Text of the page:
Donald joined the FSF in 2008 as the Copyright Administrator and has held several positions in the organization before becoming the Licensing & Compliance Manager. Donald is a graduate of the New England School of Law and interned for the Hon. William G. Young at the federal district courthouse in Boston. Donald was previously the managing editor of the New England Law Review and wrote and published An Open Definition: Derivative Works of Software and the Free and Open Source Movement, 42 New. Eng. L. Rev. 339 (2008).
Ian Kelling, Senior Systems Administrator
Ian was an FSF volunteer before joining the FSF in May 2017 as a senior systems administrator. He's also a free software developer and has contributed to various projects including GNU Emacs.
Jeanne Rasata, Assistant to the President
Jeanne Rasata started at the FSF in 2006 as the program assistant. She is now the membership coordinator and provides support to the president.
John Hsieh, Deputy Director, Clerk
John joined the FSF in April 2016, after spending more than a decade in senior management positions with human service and social justice organizations in Boston and New York. In addition to his nonprofit career, he has held various roles in lobbying, management consulting, and start-ups. John studied business, computer science, political science, and women's and gender studies at the undergraduate level; he also holds an MBA and an MS in Community Economic Development.
Matt Lavallee, Operations Assistant
Matt Lavallee joined the FSF as Operations Assistant in July 2016. He mails your orders from the FSF shop, picks up the phone when you call, and does all kinds of other useful things. He is a former bookkeeper, cheesemonger, and radio DJ. When not working he cultivates his sophisticated taste in books and music and rides his bicycle around.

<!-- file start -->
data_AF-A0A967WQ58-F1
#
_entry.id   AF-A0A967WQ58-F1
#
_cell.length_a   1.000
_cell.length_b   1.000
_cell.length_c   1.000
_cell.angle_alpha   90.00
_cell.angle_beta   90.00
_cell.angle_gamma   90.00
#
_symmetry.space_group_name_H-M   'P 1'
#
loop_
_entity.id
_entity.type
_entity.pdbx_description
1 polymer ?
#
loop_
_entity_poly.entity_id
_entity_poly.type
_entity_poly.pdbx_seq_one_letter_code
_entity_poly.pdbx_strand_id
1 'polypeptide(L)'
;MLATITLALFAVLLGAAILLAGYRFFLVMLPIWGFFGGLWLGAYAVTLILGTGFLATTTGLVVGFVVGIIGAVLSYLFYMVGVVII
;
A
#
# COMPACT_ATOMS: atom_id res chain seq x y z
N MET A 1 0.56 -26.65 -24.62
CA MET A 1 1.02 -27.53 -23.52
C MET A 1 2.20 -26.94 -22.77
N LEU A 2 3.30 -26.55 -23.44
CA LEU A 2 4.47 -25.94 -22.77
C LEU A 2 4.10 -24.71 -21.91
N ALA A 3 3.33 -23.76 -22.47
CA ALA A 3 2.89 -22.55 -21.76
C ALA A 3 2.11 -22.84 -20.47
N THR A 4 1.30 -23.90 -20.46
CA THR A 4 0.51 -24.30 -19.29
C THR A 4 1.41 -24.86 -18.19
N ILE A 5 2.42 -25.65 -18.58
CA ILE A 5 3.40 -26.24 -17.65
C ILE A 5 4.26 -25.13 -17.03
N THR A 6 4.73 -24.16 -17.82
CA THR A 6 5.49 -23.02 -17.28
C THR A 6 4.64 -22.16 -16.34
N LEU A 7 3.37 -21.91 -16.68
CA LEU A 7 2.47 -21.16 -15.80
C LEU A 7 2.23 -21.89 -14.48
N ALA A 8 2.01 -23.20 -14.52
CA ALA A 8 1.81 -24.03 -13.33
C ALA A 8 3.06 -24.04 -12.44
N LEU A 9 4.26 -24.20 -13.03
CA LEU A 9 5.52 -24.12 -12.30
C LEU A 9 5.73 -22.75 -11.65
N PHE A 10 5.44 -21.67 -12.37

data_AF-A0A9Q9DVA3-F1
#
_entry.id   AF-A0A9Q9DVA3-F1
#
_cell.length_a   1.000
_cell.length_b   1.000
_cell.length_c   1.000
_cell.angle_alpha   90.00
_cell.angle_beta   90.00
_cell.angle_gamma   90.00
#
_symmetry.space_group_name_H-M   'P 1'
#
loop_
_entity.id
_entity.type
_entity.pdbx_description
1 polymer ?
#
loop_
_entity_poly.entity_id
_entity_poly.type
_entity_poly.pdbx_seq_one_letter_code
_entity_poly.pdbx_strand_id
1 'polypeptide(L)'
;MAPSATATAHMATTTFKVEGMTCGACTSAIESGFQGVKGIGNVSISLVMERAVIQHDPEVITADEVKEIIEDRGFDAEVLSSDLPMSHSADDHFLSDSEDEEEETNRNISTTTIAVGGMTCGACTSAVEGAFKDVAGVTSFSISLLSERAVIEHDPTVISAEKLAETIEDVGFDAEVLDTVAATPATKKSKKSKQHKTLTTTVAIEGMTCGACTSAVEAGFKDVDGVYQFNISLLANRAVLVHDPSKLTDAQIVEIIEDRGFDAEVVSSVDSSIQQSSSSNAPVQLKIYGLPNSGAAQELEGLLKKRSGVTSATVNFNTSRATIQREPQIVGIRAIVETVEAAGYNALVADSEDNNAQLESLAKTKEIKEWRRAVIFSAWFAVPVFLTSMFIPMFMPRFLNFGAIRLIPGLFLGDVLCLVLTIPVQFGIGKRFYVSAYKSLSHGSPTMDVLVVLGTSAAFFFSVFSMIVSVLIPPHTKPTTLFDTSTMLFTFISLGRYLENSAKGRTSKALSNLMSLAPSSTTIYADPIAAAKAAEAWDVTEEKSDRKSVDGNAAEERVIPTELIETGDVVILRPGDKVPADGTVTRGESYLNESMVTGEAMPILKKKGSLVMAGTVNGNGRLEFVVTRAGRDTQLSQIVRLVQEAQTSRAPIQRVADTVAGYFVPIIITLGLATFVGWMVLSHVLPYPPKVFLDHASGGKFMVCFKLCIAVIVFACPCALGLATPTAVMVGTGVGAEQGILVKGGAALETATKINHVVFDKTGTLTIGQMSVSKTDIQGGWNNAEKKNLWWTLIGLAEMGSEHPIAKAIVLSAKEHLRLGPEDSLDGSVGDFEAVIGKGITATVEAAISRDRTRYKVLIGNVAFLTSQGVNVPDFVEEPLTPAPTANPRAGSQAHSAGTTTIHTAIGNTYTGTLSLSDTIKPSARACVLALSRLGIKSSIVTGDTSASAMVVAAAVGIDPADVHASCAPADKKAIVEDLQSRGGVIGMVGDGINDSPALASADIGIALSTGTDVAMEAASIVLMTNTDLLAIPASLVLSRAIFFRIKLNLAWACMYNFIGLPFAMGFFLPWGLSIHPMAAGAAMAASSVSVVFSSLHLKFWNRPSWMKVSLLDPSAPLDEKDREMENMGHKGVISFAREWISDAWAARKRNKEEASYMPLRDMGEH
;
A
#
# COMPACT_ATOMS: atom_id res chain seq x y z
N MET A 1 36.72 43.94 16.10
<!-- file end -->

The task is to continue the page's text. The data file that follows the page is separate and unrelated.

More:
Michael McMahon, Web Developer
Michael joined the FSF tech team as Web Developer in January 2019 after working with GNU/Linux in manufacturing, gaming, and education. He enjoys tinkering, board games, DJing, public speaking, parenting, and cats.
Ruben Rodriguez, Chief Technology Officer
Spaniard, software engineer, photographer, GNU hacker, guitar player, ape descendent. Ruben started his career developing free software for research centers and universities, then founded the Trisquel project and other nonprofits. He has been collaborating with the FSF tech team since 2008, and finally joined as a senior systems administrator in 2015. He likes dogs and paragliding, and dislikes writing about himself.
GPG keyring of the FSF staff and board
Board of directors
In addition to Richard M. Stallman, the board of directors includes:
Gerald J. Sussman, Professor of Electrical Engineering at MIT
Gerald has been involved in artificial intelligence research at MIT since 1964. He co-authored Structure and Interpretation of Computer Programs and Structure and Interpretation of Classical Mechanics and is the recipient of numerous awards, including ACM's Karl Karlstrom Outstanding Educator Award and the Amar G. Bose award for teaching. He is a fellow of numerous institutions including the Institute of Electrical and Electronics Engineers, the American Association for the Advancement of Science, the American Association for Artificial Intelligence, the ACM, the American Academy of Arts and Sciences and the New York Academy of Arts, and Sciences.
Geoffrey Knauth, Treasurer; Computer Science Instructor at Lycoming College
Geoffrey is an independent software contractor, has worked as a programmer, senior associate, systems engineer, and systems analyst at various companies and has contributed to the GNU Objective-C project. He is fluent in Russian and French and has a working knowledge of German, which helps him maintain relationships with computer scientists, mathematicians, and physicists of the Russian Academy of Sciences and with United States economists, scientists, and agencies. He holds a BA in Economics from Harvard University and is the treasurer of the FSF.